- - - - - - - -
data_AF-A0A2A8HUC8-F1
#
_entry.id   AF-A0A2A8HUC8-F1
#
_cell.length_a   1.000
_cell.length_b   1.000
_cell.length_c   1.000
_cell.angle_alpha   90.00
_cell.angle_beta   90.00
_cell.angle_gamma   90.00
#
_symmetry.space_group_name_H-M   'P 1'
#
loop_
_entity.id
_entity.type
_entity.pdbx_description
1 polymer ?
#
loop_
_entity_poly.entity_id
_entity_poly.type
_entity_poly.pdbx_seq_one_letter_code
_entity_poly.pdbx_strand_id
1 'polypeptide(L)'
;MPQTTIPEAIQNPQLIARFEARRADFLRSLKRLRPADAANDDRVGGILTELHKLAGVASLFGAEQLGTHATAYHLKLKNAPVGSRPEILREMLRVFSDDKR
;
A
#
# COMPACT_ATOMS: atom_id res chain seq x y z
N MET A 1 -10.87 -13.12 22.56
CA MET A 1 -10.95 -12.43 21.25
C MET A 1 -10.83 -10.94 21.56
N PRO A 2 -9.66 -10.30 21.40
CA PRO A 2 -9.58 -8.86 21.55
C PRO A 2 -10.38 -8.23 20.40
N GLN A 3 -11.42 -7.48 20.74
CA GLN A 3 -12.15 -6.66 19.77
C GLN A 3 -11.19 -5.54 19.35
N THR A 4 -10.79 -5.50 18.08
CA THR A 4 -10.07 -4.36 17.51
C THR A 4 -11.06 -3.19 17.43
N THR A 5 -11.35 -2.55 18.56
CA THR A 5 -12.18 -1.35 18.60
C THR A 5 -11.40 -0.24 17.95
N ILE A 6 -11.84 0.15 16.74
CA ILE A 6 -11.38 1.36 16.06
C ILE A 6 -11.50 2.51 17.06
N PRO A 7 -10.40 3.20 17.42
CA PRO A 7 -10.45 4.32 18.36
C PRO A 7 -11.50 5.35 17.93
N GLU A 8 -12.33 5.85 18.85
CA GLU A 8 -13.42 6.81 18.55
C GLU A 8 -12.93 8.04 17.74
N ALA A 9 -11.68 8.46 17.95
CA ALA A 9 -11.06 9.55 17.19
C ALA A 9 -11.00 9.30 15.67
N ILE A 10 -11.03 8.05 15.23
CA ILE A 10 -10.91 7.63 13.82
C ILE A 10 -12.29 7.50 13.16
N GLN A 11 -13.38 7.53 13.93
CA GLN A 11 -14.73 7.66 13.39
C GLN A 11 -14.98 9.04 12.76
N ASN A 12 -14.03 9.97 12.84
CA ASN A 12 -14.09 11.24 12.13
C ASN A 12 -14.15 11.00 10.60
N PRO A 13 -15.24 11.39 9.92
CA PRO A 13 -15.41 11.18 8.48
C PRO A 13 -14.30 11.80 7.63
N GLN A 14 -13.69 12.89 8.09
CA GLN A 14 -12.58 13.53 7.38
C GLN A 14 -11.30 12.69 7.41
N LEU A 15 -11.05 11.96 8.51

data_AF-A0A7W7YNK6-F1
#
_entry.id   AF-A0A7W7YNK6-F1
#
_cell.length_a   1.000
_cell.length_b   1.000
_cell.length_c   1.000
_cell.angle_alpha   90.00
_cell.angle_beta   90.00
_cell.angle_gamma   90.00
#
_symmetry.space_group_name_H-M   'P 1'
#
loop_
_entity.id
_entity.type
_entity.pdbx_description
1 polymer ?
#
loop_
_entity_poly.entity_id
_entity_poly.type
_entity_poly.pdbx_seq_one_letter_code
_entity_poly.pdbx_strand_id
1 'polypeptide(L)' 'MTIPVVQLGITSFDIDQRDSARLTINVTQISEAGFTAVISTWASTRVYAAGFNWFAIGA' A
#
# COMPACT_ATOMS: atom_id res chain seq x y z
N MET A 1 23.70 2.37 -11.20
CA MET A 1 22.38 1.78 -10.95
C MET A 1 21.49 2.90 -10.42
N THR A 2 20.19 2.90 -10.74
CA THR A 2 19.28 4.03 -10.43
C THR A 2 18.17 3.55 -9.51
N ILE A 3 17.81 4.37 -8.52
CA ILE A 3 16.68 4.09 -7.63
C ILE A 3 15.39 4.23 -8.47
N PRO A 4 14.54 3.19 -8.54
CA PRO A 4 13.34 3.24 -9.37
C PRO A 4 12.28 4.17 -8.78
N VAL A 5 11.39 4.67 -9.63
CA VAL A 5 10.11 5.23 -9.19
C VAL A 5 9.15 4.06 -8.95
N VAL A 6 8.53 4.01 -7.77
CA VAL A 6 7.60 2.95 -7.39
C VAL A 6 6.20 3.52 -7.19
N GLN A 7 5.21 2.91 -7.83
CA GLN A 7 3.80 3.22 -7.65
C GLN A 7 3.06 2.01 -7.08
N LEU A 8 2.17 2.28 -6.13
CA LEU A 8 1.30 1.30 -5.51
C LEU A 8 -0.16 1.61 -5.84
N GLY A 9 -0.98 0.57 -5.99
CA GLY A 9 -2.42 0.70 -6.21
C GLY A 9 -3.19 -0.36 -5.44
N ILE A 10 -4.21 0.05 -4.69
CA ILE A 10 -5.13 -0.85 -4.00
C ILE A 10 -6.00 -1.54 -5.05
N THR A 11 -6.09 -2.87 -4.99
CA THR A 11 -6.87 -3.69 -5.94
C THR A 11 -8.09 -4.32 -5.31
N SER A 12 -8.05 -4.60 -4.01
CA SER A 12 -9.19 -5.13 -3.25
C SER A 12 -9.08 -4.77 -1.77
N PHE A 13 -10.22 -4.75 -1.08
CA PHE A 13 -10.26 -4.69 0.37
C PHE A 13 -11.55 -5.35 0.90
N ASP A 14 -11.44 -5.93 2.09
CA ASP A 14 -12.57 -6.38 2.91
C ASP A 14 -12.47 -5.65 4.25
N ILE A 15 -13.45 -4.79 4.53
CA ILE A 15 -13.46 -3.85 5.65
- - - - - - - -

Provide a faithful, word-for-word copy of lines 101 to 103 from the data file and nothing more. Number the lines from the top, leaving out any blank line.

N MET A 1 23.70 2.37 -11.20
CA MET A 1 22.38 1.78 -10.95
C MET A 1 21.49 2.90 -10.42